Related News listed by

Theme: Informal Economy
Region(s): United States of America ; Other Developed
China United States of America China halts all US scrap imports for 1 month in surprise move. WasteDive . (4 May 2018)
By Rosengren, Cole.

This is the latest, and perhaps most direct, escalation in China's crackdown on the scrap trade since its initial ban of 24 select categories in July 2017. In the months since, the country's new 0.5% contamination standard for all materials, and ban on mixed paper and plastics, has roiled recycling markets around the world. Multiple U.S. states continue to feel the effects and the industry's largest companies have begun talking about ways to change their business models as a result.

United States of America Llega la legalización de la venta ambulante a Los Ángeles. Mundo Hispano . (20 April 2018)
By Ballesteros, Maite.

El Consejo de la ciudad de Los Ángeles aprobó elaborar una ordenanza que legalice la venta ambulante en las calles para que se regularicen sus permisos y haya más seguridad para los vendedores de las calles.

India United States of America MIT researchers release evaluation of solar pumps for irrigation and salt mining in India MIT News . (13 November 2017)

To conduct the evaluation, MIT researchers worked closely with the Technology Exchange Lab in Cambridge, Massachusetts, as well as the Gujarat, India-based Self Employed Women’s Association, a trade union that organizes women in India’s informal economy toward full employment and is currently piloting use of solar pumps in their programs.

United States of America Correction of Article “World Economic Forum recognizes Madhya Pradesh basic income pilot studies” Basic income Earth Network . (14 October 2017)
By McFarland, Kate.

His submission detailed the pilot study of basic income conducted in the Indian state of Madhya Pradesh from June 2011 to November 2012, co-sponsored by UNICEF and the Self Employed Women’s Association (SEWA).

United States of America Disruption's double standard: tech firms get rich but street vendors get fined. The Guardian . (19 September 2017)

In a region where companies like Uber and Airbnb have cashed in on unauthorized cabs and boarding houses, vendors trying to make a living selling food without a license face police crackdowns.

By Morales Almada, Jorge.

Comerciantes callejeros del llamado 'tianguis de la Main', en Sur Los Ángeles, denuncian acoso por parte de algunos residentes y comerciantes luego de que se registrara otra confrontación que quedó grabada en video en la que son tachados de "ilegales".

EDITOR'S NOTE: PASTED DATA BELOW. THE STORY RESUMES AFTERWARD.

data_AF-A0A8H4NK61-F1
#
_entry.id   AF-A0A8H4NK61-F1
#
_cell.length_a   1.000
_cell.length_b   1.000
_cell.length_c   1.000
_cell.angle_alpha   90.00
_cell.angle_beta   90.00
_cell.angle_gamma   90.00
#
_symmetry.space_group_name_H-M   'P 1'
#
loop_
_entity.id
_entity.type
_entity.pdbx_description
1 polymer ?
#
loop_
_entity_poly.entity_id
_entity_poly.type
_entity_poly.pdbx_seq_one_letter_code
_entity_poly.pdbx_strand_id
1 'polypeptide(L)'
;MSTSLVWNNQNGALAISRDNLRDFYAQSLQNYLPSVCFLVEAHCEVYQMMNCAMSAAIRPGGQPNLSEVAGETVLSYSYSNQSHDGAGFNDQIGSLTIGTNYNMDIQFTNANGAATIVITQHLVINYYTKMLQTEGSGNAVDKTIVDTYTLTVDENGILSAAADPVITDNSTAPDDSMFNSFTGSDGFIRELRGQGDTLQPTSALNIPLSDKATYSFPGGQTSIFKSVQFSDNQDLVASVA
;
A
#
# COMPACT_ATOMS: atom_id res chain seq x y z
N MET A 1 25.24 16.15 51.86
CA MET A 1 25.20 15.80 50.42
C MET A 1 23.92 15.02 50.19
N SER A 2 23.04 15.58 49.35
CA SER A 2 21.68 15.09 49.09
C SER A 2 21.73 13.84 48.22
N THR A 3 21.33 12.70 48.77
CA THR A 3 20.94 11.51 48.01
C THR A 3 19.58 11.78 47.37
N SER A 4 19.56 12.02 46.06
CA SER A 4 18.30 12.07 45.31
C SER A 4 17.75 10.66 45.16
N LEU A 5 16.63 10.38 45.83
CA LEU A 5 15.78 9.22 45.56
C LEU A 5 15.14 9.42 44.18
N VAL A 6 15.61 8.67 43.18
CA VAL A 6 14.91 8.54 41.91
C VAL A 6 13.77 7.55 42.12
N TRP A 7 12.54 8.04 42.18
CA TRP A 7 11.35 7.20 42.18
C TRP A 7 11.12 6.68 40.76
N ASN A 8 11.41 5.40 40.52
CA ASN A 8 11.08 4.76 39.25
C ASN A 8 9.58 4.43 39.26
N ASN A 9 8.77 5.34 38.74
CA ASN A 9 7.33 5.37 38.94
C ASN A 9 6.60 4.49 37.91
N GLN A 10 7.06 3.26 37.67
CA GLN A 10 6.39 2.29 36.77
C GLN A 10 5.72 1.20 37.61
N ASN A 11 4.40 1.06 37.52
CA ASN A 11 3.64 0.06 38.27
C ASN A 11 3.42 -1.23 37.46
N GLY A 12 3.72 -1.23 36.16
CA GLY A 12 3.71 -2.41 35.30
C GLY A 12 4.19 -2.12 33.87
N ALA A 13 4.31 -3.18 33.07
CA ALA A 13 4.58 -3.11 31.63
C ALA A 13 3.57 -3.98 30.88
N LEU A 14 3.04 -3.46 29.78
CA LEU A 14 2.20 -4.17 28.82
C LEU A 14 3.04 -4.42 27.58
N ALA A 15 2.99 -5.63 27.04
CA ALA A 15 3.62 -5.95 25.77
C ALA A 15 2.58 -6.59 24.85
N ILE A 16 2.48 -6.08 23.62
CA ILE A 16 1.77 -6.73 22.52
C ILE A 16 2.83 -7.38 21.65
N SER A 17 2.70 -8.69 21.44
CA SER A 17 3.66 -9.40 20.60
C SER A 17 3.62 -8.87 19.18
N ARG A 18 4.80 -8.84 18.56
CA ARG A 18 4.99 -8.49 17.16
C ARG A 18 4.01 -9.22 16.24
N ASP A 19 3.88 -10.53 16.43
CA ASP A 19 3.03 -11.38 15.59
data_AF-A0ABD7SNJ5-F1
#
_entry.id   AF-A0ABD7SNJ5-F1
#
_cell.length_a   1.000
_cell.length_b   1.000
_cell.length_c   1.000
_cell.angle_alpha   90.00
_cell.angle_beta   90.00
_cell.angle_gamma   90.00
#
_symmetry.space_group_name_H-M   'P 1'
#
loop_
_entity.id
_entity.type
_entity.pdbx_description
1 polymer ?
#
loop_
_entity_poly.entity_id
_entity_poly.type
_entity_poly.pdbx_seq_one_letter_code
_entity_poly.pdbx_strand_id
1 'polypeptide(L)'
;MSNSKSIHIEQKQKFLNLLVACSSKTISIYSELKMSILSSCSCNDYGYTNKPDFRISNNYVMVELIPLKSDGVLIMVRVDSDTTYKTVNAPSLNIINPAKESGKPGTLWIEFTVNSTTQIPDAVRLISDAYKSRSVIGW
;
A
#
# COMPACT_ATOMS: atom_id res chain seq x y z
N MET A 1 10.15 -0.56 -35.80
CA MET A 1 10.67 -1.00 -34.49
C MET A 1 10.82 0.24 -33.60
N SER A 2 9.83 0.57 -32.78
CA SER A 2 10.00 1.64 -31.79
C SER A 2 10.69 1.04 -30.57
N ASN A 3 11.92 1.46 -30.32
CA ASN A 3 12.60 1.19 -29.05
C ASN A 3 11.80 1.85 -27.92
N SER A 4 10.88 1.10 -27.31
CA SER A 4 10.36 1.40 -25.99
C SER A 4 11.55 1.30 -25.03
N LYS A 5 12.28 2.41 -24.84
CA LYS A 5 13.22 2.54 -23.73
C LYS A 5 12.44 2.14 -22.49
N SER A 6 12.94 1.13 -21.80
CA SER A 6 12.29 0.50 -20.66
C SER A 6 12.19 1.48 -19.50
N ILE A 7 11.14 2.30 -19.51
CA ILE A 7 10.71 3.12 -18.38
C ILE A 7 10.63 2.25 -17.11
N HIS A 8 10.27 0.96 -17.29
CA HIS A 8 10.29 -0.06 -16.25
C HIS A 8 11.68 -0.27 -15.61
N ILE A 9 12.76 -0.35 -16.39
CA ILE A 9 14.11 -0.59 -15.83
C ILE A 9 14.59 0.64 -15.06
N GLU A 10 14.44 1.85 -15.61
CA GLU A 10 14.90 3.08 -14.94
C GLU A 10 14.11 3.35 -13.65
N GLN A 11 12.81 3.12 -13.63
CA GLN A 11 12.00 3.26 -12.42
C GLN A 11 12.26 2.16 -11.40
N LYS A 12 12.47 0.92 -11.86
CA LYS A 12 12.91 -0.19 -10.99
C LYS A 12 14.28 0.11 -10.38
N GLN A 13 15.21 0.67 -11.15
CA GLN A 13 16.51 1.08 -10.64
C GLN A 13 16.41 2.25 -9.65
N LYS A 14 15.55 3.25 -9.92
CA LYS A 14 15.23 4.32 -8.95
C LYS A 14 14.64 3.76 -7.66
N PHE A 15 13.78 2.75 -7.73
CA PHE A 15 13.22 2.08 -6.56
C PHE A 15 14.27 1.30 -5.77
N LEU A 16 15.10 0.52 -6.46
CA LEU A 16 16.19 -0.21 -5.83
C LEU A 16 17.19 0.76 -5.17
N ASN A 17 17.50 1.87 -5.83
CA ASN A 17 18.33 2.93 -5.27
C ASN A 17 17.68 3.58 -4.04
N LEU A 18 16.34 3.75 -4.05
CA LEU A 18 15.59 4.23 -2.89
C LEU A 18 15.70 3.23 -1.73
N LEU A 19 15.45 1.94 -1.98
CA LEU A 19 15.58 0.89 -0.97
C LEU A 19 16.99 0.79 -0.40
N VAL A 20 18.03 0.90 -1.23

United States of America Video of UC Berkeley police seizing bacon hot dog vendor's earnings goes viral. LA Times . (11 September 2017)
By Serna, Joseph.

A video showing a UC Berkeley bicycle officer citing a bacon hot dog vendor on campus and removing cash from his wallet for operating without a permit has gone viral.

United States of America Why is it taking so long for L.A. to legalize street vending? The Times Editorial Board . (1 August 2017)

In February, the City Council voted unanimously to decriminalize street vending,  yet nearly six months later, we're still waiting for an ordinance to legalize street vending and set practical, enforceable rules to guide the industry.

United States of America Street vendors accuse city workers of destroying pushcarts. New York Post . (27 April 2017)
By Whitehouse, Kaja.

Two NYC street vendors have aimed a class-action lawsuit against New York City, claiming hundreds like them have had their civil rights trampled on when city workers destroyed their pushcarts without warning.

United States of America A Day in the Life of a Food Vendor The New York Times . (18 April 2017)
By Tejal, Rao.

This article describes a day in the life of Kabir Ahmed, a food vendor in New York City. It includes a description of the regulatory barriers that he and other vendors face in the city, and the efforts of the Street Vendor Project to advocate for reform:

 

"He applied for a food vendor’s license, took a required health and safety class, bought a used cart and took it for an inspection by city officials. (The health department inspects carts at least once a year, and more frequently if a violation is reported.)

Mr. Ahmed still needed a food-vending permit, though, and because of a cap on permits imposed in the 1980s, only 4,000 or so circulate. He acquired his from a permit owner who has charged him and his partner $25,000 for two-year leases (for a permit that cost the owner just $200), which they are still paying off.

A day ago, Mr. Ahmed received a text message: 100 vendors were protesting the cap. Organized by the Street Vendor Project, a nonprofit group that is part of the Urban Justice Center and offers legal representation to city vendors, they hoped to pressure the City Council to pass legislation introduced last fall that would double the number of food-vending permits, gradually, over the next seven years. Mr. Ahmed, who believes the costs for those starting out should be more manageable, wanted to join them, but like many vendors, he couldn’t get away from work."